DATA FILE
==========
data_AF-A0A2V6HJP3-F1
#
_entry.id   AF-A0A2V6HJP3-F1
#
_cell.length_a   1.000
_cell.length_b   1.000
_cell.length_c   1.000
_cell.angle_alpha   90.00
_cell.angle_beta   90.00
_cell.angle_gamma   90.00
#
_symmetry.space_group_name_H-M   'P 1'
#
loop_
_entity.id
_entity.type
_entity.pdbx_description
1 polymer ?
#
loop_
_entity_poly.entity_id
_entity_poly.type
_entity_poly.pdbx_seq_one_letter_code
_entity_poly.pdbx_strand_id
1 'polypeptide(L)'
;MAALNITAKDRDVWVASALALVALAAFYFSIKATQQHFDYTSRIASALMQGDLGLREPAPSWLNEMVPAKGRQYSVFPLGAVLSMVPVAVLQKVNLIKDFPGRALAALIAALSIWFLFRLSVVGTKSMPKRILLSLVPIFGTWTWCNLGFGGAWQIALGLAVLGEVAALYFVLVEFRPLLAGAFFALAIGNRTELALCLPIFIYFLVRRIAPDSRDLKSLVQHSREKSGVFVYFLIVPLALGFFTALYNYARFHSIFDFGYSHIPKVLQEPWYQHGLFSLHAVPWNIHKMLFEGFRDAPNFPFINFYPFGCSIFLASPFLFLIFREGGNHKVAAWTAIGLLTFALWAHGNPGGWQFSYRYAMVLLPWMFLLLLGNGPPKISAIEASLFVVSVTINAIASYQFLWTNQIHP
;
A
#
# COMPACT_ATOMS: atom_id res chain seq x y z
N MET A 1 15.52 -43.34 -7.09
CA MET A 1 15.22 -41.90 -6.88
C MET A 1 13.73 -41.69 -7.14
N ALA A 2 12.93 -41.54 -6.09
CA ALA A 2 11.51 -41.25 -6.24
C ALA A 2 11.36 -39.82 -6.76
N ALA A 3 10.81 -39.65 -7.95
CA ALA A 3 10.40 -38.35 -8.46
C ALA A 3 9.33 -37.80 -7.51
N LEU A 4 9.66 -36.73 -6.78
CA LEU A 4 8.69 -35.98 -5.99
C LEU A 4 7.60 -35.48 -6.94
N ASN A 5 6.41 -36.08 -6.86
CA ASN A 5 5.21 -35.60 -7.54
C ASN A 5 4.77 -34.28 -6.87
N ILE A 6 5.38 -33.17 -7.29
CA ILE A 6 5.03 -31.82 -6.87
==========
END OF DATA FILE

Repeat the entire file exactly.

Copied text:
data_AF-A0A2V6HJP3-F1
#
_entry.id   AF-A0A2V6HJP3-F1
#
_cell.length_a   1.000
_cell.length_b   1.000
_cell.length_c   1.000
_cell.angle_alpha   90.00
_cell.angle_beta   90.00
_cell.angle_gamma   90.00
#
_symmetry.space_group_name_H-M   'P 1'
#
loop_
_entity.id
_entity.type
_entity.pdbx_description
1 polymer ?
#
loop_
_entity_poly.entity_id
_entity_poly.type
_entity_poly.pdbx_seq_one_letter_code
_entity_poly.pdbx_strand_id
1 'polypeptide(L)'
;MAALNITAKDRDVWVASALALVALAAFYFSIKATQQHFDYTSRIASALMQGDLGLREPAPSWLNEMVPAKGRQYSVFPLGAVLSMVPVAVLQKVNLIKDFPGRALAALIAALSIWFLFRLSVVGTKSMPKRILLSLVPIFGTWTWCNLGFGGAWQIALGLAVLGEVAALYFVLVEFRPLLAGAFFALAIGNRTELALCLPIFIYFLVRRIAPDSRDLKSLVQHSREKSGVFVYFLIVPLALGFFTALYNYARFHSIFDFGYSHIPKVLQEPWYQHGLFSLHAVPWNIHKMLFEGFRDAPNFPFINFYPFGCSIFLASPFLFLIFREGGNHKVAAWTAIGLLTFALWAHGNPGGWQFSYRYAMVLLPWMFLLLLGNGPPKISAIEASLFVVSVTINAIASYQFLWTNQIHP
;
A
#
# COMPACT_ATOMS: atom_id res chain seq x y z
N MET A 1 15.52 -43.34 -7.09
CA MET A 1 15.22 -41.90 -6.88
C MET A 1 13.73 -41.69 -7.14
N ALA A 2 12.93 -41.54 -6.09
CA ALA A 2 11.51 -41.25 -6.24
C ALA A 2 11.36 -39.82 -6.76
N ALA A 3 10.81 -39.65 -7.95
CA ALA A 3 10.40 -38.35 -8.46
C ALA A 3 9.33 -37.80 -7.51
N LEU A 4 9.66 -36.73 -6.78
CA LEU A 4 8.69 -35.98 -5.99
C LEU A 4 7.60 -35.48 -6.94
N ASN A 5 6.41 -36.08 -6.86
CA ASN A 5 5.21 -35.60 -7.54
C ASN A 5 4.77 -34.28 -6.87
N ILE A 6 5.38 -33.17 -7.29
CA ILE A 6 5.03 -31.82 -6.87